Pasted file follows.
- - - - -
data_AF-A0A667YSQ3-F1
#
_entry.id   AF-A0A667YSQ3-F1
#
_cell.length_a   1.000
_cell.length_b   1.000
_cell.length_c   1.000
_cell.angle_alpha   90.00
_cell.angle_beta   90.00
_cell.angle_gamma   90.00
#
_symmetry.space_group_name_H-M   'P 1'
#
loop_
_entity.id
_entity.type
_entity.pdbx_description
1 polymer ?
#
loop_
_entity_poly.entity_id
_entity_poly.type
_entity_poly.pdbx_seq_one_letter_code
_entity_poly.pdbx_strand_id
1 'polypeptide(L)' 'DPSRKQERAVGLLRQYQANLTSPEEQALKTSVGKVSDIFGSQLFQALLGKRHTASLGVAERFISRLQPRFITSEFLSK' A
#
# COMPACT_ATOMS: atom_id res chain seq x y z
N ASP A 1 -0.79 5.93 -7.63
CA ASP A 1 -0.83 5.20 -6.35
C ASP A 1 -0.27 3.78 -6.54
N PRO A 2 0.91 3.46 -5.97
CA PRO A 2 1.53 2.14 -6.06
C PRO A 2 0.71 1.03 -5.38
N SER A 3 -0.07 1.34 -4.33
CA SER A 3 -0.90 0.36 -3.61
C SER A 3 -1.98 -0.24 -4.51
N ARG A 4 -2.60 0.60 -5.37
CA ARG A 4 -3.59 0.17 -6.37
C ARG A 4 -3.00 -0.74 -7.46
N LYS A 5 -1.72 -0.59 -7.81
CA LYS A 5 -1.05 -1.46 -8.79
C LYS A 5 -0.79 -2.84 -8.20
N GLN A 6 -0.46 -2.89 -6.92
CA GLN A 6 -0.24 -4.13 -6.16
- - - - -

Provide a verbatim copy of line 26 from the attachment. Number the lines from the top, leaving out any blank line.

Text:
#